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Son of Nyx
(Soul Bank Music)
AFTER working on various projects across the world in recent years, Melbourne-based viola player and orchestral composer Tamil Rogeon returns to his jazz roots with Son of Nyx.
Named after a Greek god, the album is an engaging mix of musical styles. A rare instrument in jazz, Rogeon’s viola adds a refreshing sound to the rest of the band — Daniel Mougerman on keyboards, Danny Fischer on drums and Allysha Joy’s vocals.
The cosmic jazz-fusion of the late 1960s and 1970s in the work of the likes of Herbie Hancock and Weather Report is an undeniable influence.
Momus is a real highlight, from the Joe Zawinulesque percussive intro to the choral voices lifting the music as the track progresses.
Yet while Rogeon and his band are clearly all talented artists, arguably there is little here to distinguish the music from their peers.
Way Down In The Rust Bucket
HAVING recorded their much-loved Ragged Glory album in spring 1990, later that year Neil Young and Crazy Horse performed a three-hour set at The Catalyst, a small bar in Santa Cruz, and it’s captured on Way Down In The Rust Bucket, the new record in the Performance Series of the Canadian singer-songwriter’s archives.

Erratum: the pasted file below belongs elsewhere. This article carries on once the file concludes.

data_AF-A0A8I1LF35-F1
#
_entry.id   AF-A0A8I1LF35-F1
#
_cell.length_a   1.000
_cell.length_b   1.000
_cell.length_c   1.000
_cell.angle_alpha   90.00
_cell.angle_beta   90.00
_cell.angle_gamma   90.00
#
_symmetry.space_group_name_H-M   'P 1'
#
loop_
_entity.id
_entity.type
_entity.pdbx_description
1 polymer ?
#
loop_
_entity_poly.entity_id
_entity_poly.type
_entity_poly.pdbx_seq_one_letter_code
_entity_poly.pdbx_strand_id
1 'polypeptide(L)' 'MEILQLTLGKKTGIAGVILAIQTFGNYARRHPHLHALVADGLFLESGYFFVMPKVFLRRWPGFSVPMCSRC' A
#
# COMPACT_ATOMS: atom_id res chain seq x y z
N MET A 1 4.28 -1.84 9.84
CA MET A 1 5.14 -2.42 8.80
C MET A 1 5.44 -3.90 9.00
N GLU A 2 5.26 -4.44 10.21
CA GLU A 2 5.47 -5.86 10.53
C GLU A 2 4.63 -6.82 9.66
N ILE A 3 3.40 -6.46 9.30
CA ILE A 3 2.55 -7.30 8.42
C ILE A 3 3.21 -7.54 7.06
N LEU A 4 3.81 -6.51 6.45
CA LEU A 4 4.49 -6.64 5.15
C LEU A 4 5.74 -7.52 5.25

Like the much-loved garage rock of Ragged Glory, this two-disc live set finds Crazy Horse at their most expansive, with five songs coming in over 10 minutes.
Highlights include Over And Over, one of the most beautiful long songs of Young’s career, and a wonderful version of the riff-happy Don’t Cry No Tears.
Along with T-Bone and Surfer Joe and Moe the Sleaze from 1981’s Re-ac-tor, there are welcome outings for Dangerbird and Mansion on a Hill before the monumental Cortez The Killer closes proceedings.
(Hood Faire/Cargo Records)
OVER the past few years I’ve come to understand that Britain is home to some hugely talented instrumental guitarists, namely Wales’s Toby Hay and Jim Ghedi from Sheffield.
After listening to Witch’s Ladder, I can confirm that West Yorkshire’s Dean McPhee needs to be added to the list.
Recorded live and with no overdubs, the record comprises McPhee’s solo playing on his electric Telecaster, combined with various effects.
Inspired by folklore, mysticism and the local landscape, it is a magical, often hypnotic listen.
Red Lebanese, presumably named named after the cannabis strain, throbs and soars like an otherworldly Vangelis piece, while other tracks have the muscular tone of a Michael Mann film soundtrack.
The music brings to mind William Tyler’s Americana soundscapes and the majesty of Terje Rypdal’s guitar work on Ketil Bjornstad’s ECM album The Sea.
A moody, mesmerising set.
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